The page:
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Acknowledgments ths report has been revewed n draft form by ndvduals chosen for ther dverse perspectves and techncal expertse, n accordance wth proce- dures approved by the natonal Research councl’s (nRc’s) Report Revew commttee. the purpose of ths ndependent revew s to provde candd and crtcal comments that wll assst the nsttuton n makng ts publshed report as sound as possble and to ensure that the report meets nsttutonal standards for objectvty, evdence, and responsveness to the study charge. the revew comments and draft manuscrpt reman confidental to protect the ntegrty of the delberatve process. We wsh to thank the followng ndvduals for ther revew of ths report: RONI AVISSAR, Duke Unversty, Durham, north carolna OTIS BROWN, Unversty of Mam, Florda KEN CRAWFORD, Unversty of oklahoma, norman JOHN DUTTON, Pennsylvana state Unversty, state college SUE GRIMMOND, Kngs college, London, London, UK HEATHER LAZRUS, socal scence Woven Into Meteorology, norman, oklahoma DENNIS LETTENMAIER, Unversty of Washngton, seattle CLIFF MASS, Unversty of Washngton, seattle ROBERT MEYER, Unversty of Mam, Florda PETER NEILLEY, WsI corporaton, Andover, Massachusetts RUSS SCHUMACHER, texas A&M Unversty, college staton SOROOSH SOROOSHIAN, Unversty of calforna, Irvne ISTVAN SZUNYOGH, texas A&M Unversty, college staton Although the revewers lsted above have provded constructve com- ments and suggestons, they were not asked to endorse the conclusons or recommendatons, nor dd they see the final draft of the report before ts x

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xv AcKnoWLeDGMents release. the revew of ths report was overseen by Lee Branscome, clma- tologcal consultng corporaton Apponted by the nRc, he was respon- sble for makng certan that an ndependent examnaton of ths report was carred out n accordance wth nsttutonal procedures and that all revew comments were carefully consdered. Responsblty for the final content of ths report rests entrely wth the authorng commttee and the nsttuton.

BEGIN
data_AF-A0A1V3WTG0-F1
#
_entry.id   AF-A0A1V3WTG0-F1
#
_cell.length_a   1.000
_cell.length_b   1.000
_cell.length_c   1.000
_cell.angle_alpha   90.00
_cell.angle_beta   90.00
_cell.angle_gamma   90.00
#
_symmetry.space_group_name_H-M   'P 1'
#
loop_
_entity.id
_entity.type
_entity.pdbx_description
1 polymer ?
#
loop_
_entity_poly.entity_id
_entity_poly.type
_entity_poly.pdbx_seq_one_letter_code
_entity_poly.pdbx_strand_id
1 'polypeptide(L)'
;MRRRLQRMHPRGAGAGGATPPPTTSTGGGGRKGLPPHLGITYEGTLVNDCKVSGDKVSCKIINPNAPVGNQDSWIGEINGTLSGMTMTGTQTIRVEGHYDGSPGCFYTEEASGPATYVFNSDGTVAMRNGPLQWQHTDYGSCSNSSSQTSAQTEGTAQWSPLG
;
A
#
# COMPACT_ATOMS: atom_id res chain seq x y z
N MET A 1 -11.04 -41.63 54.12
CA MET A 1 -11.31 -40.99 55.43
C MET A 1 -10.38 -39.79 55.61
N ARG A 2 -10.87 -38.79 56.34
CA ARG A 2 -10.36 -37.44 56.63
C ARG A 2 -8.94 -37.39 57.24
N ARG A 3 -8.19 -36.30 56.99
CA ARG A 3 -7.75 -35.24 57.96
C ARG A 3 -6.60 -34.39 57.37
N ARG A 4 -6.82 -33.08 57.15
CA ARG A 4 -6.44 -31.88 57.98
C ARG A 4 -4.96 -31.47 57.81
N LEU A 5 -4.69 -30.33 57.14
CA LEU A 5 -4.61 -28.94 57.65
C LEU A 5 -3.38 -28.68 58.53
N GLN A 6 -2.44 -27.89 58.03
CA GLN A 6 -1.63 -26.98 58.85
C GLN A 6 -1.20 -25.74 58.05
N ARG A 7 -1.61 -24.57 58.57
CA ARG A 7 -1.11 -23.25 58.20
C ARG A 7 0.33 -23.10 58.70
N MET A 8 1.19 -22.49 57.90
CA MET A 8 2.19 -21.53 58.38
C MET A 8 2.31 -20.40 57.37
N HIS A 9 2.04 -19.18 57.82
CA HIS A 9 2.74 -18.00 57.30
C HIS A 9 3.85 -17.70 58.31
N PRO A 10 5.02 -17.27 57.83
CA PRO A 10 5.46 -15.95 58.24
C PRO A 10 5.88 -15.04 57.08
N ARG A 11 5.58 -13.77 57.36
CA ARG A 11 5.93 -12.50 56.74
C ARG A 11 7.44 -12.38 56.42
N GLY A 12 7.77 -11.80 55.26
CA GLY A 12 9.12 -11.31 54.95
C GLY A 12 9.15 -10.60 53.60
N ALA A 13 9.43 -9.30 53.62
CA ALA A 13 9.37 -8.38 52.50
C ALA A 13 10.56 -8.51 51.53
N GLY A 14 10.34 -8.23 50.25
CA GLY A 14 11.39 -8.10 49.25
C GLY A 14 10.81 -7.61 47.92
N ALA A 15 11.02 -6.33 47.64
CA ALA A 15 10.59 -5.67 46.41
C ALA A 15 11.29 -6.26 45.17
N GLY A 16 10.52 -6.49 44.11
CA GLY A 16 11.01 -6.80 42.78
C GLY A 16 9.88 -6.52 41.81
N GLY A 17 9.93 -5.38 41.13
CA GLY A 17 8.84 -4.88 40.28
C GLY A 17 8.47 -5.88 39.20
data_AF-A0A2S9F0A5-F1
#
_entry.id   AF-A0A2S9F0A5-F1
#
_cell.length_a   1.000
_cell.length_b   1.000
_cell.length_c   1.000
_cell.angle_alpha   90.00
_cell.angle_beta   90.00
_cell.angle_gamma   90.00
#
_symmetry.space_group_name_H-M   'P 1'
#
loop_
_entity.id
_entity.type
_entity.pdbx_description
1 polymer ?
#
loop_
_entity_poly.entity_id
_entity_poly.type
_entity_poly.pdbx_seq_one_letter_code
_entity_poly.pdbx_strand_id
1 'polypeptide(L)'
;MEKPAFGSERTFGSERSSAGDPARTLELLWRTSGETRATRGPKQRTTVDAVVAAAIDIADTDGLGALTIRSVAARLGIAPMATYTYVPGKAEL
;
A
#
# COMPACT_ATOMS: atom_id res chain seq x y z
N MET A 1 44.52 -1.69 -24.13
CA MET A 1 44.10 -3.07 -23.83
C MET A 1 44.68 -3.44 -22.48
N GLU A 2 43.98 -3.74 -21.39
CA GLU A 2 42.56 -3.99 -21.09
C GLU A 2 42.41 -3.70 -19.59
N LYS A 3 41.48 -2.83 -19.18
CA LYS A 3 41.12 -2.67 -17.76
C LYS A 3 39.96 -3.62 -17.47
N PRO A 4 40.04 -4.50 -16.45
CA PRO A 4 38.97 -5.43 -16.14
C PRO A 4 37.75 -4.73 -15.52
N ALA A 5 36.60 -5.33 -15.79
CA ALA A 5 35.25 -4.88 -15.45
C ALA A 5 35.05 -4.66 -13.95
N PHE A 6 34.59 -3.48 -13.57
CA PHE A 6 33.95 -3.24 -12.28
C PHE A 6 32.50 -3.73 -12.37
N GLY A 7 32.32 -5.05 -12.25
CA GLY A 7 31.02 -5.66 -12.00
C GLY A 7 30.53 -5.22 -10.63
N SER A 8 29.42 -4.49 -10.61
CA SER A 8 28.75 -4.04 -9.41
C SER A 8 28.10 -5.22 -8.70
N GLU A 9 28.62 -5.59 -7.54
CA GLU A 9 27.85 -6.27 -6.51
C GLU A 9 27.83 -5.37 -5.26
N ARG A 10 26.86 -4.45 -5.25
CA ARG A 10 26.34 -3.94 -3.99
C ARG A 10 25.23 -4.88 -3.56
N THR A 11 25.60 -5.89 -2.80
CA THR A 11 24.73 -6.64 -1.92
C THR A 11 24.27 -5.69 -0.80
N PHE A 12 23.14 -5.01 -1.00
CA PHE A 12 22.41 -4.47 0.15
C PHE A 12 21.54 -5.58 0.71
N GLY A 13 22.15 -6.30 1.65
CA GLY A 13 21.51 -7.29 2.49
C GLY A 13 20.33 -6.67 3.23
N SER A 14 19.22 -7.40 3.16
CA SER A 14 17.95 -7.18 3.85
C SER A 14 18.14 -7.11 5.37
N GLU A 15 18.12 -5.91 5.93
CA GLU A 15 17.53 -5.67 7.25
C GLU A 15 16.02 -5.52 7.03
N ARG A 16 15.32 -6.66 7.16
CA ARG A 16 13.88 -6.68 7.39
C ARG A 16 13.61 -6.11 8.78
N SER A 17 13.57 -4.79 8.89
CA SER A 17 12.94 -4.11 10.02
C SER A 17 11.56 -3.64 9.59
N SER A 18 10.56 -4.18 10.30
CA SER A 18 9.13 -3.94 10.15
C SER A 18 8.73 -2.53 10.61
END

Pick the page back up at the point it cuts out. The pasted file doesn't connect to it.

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Contents sUMMARY 1 1 IntRoDUctIon 17 Hstorcal Developments n U.s. Weather Research, 19 Motvaton for the current study, 21 the challenge, 29 2 socIoeconoMIc ReseARcH AnD cAPAcItY 31 Recent trends, 32 Prorty Weather–socety topcs, 37 Integratng the socal scences and Weather: A Path Forward, 42 3 estABLIsHeD WeAtHeR ReseARcH AnD tRAnsItIonAL neeDs 49 Understandng Predctablty and Global nonhydrostatc coupled Modelng, 49 Quanttatve Precptaton estmaton and Forecastng, 60 Hydrologc Predcton, 70 Mesoscale observatonal needs, 79 4 eMeRGInG WeAtHeR ReseARcH AnD tRAnsItIonAL neeDs 89 Very Hgh Impact Weather, 89 Urban Meteorology, 103 Weather Informaton to support Renewable energy stng and Producton, 119 5 concLUsIon 135 ReFeRences 139 xv

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xv contents APPenDIXes A Gaps n Knowledge and Practce for the next Decade n Urban Meteorology 153 B nceP Revew executve summary 159 c Acronyms and Abbrevatons 163 D summer study statement of task 167 e Agenda for the 2009 BAsc summer study Workshop 169 F Workshop Partcpants 173 G Bographcal sketches of commttee Members and staff 175